China’s 5th “Great Invention” found in a Tomb in Yizheng

The sex toy (pictured) was discovered in Yizheng inside the tomb of an ancient aristocrat

Rare pictures have been released showing the ancient sex toys that once belonged to the Chinese royals and aristocrats.

The two pleasure devices, both made of bronze, date back more than 2,000 years to China’s Han Dynasty (206 BC–220 AD).

They were discovered in the modern-day Jiangsu Province near Shanghai inside the ancient tombs belonging to the rich and powerful.

It was unearthed by archaeologists in 2012 and has since been kept at the Yizheng Museum. It is not shown to the public.

One of the two artefacts, which has a metal ring attach to it, was discovered in the Yizheng city in western Jiangsu.

A member of staff at the Yizheng Museum told MailOnline that the bronze item had been found inside the tomb of an aristocrat in the West Han Dynasty (206 BC–8 AD), the first part of the Han Dynasty.

The other sex toy apparently belonged to a Chinese imperial family.

The artefact, which has a flat base, was found inside an ancient tomb in the Xuyi County in western Jiangsu in 2009. It has been kept at the Nanjing Museum, the capital of Jiangsu Province.

In 2011, the owner of the tomb was identified as Liu Fei (169BC-127BC), the first king of Jiangdu, an autonomous kingdom within the Han Dynasty, according to China News.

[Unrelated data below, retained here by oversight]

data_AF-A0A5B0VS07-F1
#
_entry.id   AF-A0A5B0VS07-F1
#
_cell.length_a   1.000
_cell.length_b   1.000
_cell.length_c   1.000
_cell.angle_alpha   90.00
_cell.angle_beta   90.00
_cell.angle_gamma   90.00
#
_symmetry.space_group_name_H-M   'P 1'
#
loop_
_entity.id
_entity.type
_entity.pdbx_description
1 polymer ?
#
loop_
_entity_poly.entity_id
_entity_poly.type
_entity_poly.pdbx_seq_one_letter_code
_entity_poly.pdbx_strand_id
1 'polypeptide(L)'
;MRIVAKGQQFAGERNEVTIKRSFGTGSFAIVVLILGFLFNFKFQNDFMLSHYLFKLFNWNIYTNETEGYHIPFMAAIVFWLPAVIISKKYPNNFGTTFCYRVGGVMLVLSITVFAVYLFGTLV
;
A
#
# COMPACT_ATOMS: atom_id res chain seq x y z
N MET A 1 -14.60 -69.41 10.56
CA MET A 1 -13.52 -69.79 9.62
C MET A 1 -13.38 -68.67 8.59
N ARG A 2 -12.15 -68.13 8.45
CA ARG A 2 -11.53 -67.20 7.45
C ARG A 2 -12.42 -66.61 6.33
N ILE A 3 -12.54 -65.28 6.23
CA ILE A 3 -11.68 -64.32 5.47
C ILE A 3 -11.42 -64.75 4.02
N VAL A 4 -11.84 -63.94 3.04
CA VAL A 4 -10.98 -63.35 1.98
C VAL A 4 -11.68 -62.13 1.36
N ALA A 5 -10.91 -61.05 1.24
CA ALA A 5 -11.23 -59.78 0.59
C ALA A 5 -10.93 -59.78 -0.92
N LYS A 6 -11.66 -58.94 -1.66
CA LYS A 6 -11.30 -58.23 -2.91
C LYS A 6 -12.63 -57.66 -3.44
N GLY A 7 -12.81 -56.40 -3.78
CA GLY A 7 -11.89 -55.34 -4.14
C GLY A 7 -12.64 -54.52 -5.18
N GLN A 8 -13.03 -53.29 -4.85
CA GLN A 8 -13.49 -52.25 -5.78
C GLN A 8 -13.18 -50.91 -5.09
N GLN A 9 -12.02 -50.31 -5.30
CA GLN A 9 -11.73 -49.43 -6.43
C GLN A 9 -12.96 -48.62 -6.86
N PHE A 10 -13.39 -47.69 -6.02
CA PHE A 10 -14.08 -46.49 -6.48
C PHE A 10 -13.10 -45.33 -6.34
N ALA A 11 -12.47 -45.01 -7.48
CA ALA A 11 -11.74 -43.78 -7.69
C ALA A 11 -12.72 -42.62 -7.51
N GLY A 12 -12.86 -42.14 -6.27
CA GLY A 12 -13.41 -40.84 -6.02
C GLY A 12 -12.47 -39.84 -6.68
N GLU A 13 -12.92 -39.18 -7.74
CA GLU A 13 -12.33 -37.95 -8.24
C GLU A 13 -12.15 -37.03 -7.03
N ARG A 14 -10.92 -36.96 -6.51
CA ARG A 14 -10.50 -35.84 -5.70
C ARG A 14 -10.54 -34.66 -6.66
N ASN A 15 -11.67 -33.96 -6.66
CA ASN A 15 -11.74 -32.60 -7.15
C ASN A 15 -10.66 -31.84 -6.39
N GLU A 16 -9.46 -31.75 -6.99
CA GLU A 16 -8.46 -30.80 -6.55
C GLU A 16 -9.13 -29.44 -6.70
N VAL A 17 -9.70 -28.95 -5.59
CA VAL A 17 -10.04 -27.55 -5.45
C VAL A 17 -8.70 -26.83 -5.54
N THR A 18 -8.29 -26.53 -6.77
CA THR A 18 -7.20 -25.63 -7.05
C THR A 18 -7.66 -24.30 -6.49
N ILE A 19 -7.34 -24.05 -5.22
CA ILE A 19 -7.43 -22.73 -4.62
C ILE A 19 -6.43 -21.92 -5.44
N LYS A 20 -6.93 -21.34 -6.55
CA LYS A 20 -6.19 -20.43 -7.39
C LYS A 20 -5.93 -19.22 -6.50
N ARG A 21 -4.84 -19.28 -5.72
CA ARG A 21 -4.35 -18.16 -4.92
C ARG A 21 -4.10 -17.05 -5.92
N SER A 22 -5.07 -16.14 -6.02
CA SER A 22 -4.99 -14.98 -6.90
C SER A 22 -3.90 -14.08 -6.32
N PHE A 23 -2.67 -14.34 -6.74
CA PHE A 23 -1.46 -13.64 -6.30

Liu Fei was also a half-brother of the Emperor Wu of Han, who ruled from 141BC to 97BC.

The two extraordinary sex toys will go on display at an upcoming exhibition at the Asian Art Museum of San Francisco in the United States.

The exhibition, called ‘Tomb Treasures’, will showcase more than 160 artefacts from the Han Dynasty.

The historical items, all found inside ancient tombs, include luxurious daily life ornaments, worship items as well as private objects associated with sex and pleasure.

Zhang Fan, the co-curator of ‘Tomb Treasures’, said the two pleasure devices ‘could be worn and used’ and that they reflected an ‘almost modern appreciation for the body’s needs and wants’.

According to Mr Zhang, the other intimate artefacts at the exhibition will include a large silver basin for taking baths, a working stone latrine with an armrest and an elaborate ceramic urinal.

Jay Xu, the director of the Asian Art Museum of San Francisco and the co-curator of ‘Tomb Treasures’ said: ‘This exhibition underscores how connected we really are to the past, that we share the same passions across time and culture.’

The exhibition will run from February 17 to May 28.

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